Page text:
Using keigo as a non-native speaker will probably impress most Japanese people. But you may win over more Japanese friends by testing your own comedic wit by learning the Kansai-ben, the dialect commonly spoken by owarai. One of the longest-running and ridiculously funny shows is “Downtown no Gaki no Tsukai ya Arahende!!” These guys love over-the-top gross humor and pranks.
Team Gaki is a fan-based project dedicated to translating and subtitling the shows into English for your amusement…er, I mean, for your Japanese study.
How to Watch Japanese Television Anywhere with WiFi
There are two ways you can indulge in Japanese TV online, live streaming or video-on-demand, and both have their own advantages.
Finding a namahousou, or live broadcast, streaming online is the closest one could get to actually being in front of a TV set in Japan without buying a plane ticket.
It’s virtual travel—just hit play in your browser and you’ve got a direct link to what’s happening in the country in real-time. You’ll experience how TV in the land of the rising sun varies from morning to sunset and beyond. Early in the A.M. you might tune in to bright and robotically genki female weather announcers gracing the screen, mid-day perhaps a subdued talk show, and in the evening maybe loud-mouthed comedians pulling pranks on one another.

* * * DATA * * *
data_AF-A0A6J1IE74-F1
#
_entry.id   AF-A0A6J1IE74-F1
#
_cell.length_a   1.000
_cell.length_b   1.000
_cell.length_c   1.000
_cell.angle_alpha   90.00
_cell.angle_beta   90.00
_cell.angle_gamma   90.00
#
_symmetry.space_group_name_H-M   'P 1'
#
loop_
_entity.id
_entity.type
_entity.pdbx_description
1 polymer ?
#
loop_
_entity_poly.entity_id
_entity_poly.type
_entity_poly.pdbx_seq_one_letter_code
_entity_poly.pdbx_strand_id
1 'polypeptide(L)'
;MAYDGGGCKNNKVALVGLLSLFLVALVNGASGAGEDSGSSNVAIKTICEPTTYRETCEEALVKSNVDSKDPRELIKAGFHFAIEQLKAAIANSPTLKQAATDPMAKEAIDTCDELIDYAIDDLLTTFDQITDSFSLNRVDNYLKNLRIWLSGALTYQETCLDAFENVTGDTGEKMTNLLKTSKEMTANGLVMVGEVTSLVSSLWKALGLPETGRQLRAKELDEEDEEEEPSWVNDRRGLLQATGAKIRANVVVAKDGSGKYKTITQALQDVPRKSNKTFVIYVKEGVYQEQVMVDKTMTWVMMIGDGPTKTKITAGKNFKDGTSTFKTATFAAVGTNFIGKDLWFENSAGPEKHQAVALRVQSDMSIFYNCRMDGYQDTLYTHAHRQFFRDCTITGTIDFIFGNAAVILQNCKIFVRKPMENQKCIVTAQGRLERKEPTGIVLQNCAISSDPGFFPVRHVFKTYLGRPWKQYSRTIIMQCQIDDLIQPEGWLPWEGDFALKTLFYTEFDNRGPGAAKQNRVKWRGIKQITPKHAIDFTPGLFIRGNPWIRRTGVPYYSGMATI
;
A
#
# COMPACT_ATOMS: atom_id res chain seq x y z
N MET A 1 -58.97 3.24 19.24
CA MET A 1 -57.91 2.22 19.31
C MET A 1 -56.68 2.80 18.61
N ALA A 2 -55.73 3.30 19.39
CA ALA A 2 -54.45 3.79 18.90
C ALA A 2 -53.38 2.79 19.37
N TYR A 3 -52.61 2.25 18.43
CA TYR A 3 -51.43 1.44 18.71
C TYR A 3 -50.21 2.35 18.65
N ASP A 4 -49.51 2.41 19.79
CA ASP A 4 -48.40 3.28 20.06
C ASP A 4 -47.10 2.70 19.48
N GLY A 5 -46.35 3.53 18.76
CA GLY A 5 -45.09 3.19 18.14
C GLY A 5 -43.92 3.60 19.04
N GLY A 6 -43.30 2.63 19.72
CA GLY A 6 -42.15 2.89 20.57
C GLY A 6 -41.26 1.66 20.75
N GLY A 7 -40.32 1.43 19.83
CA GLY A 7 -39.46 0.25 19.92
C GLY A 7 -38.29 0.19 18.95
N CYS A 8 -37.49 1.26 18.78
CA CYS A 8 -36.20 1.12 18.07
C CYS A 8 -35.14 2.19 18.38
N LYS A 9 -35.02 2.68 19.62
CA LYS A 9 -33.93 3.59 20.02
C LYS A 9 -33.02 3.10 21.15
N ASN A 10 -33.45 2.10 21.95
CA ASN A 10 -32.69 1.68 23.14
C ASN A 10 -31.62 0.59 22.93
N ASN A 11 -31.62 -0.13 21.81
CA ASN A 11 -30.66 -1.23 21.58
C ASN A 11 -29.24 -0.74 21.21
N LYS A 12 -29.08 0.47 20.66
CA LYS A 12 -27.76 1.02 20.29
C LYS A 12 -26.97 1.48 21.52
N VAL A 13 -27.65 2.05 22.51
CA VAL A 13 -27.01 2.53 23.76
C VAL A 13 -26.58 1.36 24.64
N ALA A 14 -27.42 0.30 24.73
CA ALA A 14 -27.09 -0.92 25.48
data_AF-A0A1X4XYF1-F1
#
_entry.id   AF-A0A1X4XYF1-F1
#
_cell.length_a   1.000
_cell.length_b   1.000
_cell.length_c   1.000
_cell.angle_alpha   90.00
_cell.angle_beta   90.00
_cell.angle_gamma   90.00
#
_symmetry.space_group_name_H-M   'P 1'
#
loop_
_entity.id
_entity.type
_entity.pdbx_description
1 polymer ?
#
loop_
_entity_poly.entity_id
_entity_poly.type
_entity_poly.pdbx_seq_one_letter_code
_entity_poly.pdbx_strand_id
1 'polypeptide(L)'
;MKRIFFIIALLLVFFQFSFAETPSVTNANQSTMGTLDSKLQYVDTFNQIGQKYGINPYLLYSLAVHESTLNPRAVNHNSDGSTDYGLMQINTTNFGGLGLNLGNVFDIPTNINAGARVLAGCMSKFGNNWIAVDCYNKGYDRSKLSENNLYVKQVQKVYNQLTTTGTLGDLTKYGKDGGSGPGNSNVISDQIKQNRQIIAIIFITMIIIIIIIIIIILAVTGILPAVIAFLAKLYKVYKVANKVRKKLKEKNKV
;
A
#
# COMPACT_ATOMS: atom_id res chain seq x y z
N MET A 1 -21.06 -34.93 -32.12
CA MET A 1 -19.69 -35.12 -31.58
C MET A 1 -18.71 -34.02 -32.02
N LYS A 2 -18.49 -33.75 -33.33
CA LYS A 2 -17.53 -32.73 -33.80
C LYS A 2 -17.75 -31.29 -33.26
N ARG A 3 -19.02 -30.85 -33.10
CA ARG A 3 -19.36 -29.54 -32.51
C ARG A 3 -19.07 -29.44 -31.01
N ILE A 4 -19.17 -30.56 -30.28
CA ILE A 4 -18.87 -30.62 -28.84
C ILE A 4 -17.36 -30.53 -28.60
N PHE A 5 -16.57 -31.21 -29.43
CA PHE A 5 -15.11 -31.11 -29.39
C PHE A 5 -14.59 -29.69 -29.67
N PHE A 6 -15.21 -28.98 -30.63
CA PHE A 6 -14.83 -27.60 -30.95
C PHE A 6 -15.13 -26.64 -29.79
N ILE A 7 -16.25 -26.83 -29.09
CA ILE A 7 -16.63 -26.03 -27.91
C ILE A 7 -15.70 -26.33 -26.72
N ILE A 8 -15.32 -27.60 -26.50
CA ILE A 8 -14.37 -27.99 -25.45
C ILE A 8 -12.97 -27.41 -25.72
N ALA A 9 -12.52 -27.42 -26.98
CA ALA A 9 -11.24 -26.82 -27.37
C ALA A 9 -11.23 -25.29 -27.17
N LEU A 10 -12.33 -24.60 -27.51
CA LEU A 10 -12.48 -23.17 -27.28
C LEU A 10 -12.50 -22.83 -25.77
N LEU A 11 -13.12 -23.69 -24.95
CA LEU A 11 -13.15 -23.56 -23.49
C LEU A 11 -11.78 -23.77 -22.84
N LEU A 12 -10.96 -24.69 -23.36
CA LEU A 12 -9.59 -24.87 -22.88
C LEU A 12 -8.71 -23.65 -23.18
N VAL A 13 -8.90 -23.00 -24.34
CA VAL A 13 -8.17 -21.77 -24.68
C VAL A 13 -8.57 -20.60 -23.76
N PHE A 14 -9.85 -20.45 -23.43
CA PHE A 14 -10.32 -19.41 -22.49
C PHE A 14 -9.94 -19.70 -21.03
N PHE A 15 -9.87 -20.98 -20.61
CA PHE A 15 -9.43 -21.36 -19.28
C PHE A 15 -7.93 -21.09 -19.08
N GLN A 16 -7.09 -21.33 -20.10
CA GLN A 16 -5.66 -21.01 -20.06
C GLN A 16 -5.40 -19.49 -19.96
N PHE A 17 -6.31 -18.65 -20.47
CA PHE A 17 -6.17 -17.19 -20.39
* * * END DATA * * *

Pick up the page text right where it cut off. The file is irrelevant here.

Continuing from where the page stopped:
The best thing about live TV stream is that it plays continuously—eliminating the need for you to constantly seek out another show to watch. Just let it play in the background and simulate an immersive Japanese environment, only focusing on the visuals when you feel like it.
You’ll also be exposed to all the commercials, and whether you like it or not, all those jingles that you subliminally memorize add to your Japanese fluency, not to mention cultural understanding.